Security laws, regulations and guidelines directory

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European Union Data Protection Directive

What it covers: This 1995 European directive sets strict limits on the collection and use of personal data and demands that each member state set up an independent national body responsible for the protection of this data.

Link to the law:

Additional legislative documents and case law:

Who it impacts: European businesses, as well as non-European companies to which data is exported (see Safe Harbor Act, below).

Requirements/provisions: The directive incorporates seven governing principles:

1. Notice: Data subjects should be given notice when their data is being collected.

2. Purpose: Data should only be used for the purpose stated.

3. Consent: Data should not be disclosed without the subject's consent.

4. Security: Collected data should be kept secure from any potential abuses.

5. Disclosure: Data subjects should be informed as to who is collecting their data.

6. Access: Data subjects should be allowed to access their data and make corrections to any inaccurate data.

7. Accountability: Data subjects should have an available method to hold data collectors accountable for following these six principles above.

Source: Europa, European Union Agency for Fundamental Rights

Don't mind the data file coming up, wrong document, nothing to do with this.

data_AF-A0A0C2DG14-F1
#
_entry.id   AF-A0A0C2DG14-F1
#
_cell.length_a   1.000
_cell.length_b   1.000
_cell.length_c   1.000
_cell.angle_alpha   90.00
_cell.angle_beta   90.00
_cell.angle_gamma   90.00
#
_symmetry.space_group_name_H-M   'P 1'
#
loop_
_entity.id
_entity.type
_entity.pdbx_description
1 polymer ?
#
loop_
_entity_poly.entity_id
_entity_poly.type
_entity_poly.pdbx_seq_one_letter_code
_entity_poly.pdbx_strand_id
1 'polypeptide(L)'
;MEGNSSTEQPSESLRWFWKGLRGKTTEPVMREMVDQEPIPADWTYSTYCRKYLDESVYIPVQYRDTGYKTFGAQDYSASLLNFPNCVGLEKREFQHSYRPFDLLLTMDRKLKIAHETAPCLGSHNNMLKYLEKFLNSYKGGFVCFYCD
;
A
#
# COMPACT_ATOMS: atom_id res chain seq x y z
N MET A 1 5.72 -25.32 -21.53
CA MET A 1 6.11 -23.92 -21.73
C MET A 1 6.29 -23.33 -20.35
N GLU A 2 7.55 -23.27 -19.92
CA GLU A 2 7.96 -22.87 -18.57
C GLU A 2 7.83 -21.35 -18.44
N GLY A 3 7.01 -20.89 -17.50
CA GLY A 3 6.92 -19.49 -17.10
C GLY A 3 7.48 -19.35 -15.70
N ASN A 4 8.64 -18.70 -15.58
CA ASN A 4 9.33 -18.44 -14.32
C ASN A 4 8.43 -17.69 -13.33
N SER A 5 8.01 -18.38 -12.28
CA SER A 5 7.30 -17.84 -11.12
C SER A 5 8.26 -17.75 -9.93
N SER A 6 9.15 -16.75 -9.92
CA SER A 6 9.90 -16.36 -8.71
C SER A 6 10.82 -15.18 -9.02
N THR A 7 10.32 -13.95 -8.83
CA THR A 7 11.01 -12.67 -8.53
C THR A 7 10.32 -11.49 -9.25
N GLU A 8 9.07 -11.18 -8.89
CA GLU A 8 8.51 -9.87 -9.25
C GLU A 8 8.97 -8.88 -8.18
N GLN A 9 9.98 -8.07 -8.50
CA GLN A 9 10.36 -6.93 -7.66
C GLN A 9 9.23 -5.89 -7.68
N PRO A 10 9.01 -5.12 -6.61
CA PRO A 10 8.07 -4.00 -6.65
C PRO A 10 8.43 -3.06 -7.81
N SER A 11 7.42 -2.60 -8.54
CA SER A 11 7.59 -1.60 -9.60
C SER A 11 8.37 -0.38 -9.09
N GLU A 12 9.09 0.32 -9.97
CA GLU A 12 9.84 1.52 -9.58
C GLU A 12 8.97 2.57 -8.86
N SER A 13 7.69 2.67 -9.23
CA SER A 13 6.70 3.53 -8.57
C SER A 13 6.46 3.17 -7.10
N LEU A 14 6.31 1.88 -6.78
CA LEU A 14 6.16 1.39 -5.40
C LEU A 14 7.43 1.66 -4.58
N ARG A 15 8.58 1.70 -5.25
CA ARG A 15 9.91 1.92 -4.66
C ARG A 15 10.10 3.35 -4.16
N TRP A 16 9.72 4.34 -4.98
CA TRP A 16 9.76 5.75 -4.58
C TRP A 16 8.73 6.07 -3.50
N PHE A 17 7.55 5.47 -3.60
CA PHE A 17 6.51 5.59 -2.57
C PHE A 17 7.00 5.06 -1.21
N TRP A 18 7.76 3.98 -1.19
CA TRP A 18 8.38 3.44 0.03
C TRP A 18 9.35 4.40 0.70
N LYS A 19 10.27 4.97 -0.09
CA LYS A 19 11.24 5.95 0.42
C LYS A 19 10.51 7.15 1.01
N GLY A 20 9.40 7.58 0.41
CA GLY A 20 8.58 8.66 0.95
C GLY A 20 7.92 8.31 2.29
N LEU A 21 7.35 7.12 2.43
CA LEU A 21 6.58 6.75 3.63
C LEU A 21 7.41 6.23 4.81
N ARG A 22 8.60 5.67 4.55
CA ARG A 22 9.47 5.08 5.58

Safe Harbor Act

What it covers: The Safe Harbor Act, which went into effect in October 1998, prohibits the transfer of personal data to non-European Union nations that do not meet the European "adequacy" standard for privacy protection established by the European Union Data Protection Directive (see above). The Act was intended to bridge the different privacy approaches of the U.S. and Europe, thus enabling U.S. companies to safely engage in trans-Atlantic transactions without facing interruptions or even prosecution by European authorities.

Who is affected: U.S. companies doing business in Europe.

Link to the law:

Key requirements/provisions:

* Companies participating in the safe harbor will be deemed adequate, and data flows to those companies will continue.

* Member state requirements for prior approval of data transfers either will be waived or approval will be automatically granted.

* Claims brought by European citizens against U.S. companies will be heard in the U.S., subject to limited exceptions.

Source: Europa, Business Records Management

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This story, "Security laws, regulations and guidelines directory" was originally published by CSO.

Copyright © 2010 IDG Communications, Inc.

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